A Federal Court judge has made it tougher for Reach Academy for Girls to remain open.
Reach Academy for Girls in New Castle, Delaware has fought a long and winding legal battle to keep its charter. That possibility looks increasingly slim after a court decision rendered Thursday.
A U.S. District Court judge has dismissed Reach’s most recent federal lawsuit against the state, saying the Department of Education did not discriminate on the basis of gender or race when deciding to close Delaware’s only all-girls charter school.
That same judge, Leonard P. Stark, had previously granted Reach a preliminary injunction to stay open for the current school year, noting then that state code prohibited the opening of a replacement, all-girls charter school.
Delaware amended its code in the interim year and elected again to shutter the school. This time, the move held up to judicial scrutiny.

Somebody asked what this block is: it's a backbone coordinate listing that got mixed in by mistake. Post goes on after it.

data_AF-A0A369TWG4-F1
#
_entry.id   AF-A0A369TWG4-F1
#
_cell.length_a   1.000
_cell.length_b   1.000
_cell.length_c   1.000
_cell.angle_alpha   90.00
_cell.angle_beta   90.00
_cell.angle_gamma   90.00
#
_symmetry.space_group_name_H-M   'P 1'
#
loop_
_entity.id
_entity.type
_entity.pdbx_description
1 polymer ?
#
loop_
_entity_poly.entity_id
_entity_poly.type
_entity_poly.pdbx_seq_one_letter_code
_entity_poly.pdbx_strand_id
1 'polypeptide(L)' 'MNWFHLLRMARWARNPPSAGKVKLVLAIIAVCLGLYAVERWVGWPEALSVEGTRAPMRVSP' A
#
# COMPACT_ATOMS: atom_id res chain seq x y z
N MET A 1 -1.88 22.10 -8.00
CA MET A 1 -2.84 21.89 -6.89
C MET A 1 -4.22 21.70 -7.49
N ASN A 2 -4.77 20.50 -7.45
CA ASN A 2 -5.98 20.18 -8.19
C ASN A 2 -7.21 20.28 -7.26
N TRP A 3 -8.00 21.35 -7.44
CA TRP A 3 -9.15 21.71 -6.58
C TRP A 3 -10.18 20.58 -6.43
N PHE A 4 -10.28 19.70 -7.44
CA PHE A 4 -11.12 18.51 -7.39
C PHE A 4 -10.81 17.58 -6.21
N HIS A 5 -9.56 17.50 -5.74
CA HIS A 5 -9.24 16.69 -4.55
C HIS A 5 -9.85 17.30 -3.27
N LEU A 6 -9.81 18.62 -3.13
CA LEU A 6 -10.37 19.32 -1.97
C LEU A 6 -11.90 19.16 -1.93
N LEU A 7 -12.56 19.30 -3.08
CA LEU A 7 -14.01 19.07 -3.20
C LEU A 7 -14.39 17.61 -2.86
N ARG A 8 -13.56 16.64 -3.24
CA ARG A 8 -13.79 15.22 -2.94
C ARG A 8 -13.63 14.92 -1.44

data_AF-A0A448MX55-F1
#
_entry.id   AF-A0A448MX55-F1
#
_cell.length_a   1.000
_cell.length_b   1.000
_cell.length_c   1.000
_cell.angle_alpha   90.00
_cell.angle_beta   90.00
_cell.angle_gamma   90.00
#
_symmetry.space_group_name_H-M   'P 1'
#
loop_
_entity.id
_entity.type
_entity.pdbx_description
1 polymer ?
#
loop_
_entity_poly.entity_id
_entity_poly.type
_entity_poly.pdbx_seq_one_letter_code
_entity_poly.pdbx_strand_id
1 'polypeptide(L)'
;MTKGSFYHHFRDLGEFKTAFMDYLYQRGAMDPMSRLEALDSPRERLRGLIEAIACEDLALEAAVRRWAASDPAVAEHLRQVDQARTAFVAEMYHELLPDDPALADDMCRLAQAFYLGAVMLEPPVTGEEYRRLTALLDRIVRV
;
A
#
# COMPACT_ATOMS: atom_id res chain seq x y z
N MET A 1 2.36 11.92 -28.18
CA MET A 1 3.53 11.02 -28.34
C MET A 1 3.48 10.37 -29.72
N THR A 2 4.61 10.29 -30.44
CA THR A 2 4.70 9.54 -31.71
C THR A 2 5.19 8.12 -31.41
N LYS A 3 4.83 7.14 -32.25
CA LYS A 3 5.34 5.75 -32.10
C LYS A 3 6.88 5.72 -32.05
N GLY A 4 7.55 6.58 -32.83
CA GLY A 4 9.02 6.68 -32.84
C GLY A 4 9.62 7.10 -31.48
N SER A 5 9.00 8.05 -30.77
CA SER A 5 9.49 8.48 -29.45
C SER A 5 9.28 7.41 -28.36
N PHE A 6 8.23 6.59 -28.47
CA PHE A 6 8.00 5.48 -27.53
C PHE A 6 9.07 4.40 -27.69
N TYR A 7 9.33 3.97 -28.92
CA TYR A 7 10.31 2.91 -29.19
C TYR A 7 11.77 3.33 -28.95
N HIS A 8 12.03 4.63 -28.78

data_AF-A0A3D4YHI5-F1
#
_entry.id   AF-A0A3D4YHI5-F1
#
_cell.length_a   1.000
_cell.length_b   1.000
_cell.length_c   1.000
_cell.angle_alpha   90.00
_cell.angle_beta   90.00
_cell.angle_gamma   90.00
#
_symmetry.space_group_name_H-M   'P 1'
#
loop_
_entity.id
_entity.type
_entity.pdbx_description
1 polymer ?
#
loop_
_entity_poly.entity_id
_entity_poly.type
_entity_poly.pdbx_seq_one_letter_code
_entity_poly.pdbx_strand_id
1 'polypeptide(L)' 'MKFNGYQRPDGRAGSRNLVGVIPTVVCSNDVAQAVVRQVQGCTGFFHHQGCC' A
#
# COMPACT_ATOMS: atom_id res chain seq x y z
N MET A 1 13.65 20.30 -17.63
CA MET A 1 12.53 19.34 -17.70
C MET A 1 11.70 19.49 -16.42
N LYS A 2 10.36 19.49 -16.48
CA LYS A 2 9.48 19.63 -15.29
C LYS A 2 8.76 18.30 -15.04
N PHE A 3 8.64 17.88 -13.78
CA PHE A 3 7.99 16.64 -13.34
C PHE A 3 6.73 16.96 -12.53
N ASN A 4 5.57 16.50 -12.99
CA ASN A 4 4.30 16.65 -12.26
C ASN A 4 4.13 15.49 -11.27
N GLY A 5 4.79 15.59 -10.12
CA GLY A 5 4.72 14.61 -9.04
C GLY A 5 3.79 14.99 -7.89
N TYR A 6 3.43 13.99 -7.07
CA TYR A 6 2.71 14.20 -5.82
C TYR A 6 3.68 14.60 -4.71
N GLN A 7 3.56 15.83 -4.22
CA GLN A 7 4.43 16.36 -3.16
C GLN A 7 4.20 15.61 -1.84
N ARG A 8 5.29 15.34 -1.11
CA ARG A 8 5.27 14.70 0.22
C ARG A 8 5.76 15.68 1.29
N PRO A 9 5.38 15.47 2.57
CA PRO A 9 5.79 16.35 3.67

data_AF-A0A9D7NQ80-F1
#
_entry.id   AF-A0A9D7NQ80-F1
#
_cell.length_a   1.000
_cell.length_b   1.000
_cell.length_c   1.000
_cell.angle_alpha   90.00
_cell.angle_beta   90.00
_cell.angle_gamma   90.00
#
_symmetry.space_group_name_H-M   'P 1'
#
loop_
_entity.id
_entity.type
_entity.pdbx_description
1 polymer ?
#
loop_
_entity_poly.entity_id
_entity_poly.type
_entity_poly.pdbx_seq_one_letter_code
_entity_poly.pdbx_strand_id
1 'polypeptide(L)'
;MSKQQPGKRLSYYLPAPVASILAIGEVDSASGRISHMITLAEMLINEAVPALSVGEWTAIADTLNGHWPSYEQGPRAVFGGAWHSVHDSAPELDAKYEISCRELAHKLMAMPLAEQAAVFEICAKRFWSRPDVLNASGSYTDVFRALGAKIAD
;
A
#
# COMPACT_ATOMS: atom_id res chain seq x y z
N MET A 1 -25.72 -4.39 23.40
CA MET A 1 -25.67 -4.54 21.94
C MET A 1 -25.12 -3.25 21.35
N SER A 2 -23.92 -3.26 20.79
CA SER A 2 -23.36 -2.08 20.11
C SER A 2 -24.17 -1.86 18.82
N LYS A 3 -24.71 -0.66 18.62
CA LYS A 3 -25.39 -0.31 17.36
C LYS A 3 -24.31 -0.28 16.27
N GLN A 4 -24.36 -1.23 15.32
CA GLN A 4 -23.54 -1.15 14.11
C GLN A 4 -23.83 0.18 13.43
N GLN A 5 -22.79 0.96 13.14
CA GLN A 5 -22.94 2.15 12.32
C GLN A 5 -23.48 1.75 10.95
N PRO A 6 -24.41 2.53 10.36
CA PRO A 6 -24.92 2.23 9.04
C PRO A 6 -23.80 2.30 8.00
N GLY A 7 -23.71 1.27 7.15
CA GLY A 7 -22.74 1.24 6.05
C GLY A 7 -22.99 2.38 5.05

State officials say they are closing Reach due to poor academic performance.
The school claimed the state ignored critical evidence demonstrating growth and illegally failed to consider future plans in its evaluation. It also said the state’s use of standardized test scores to evaluate Reach constituted discrimination against African Americans, who make up the majority of Reach’s student population and who, according to the school, struggle disproportionately on such exams. Finally, Reach argued it would be discriminatory to close the state’s only all-girls charter.
Stark rejected all three arguments in a 14-page memorandum and rejected Reach’s attempt to file an amended complaint.
Reach also filed a lawsuit in the New Castle County Court of Chancery, which has been stayed pending Stark’s decision in U.S. District Court.
As of now, Reach is slated to close at the end of the school year.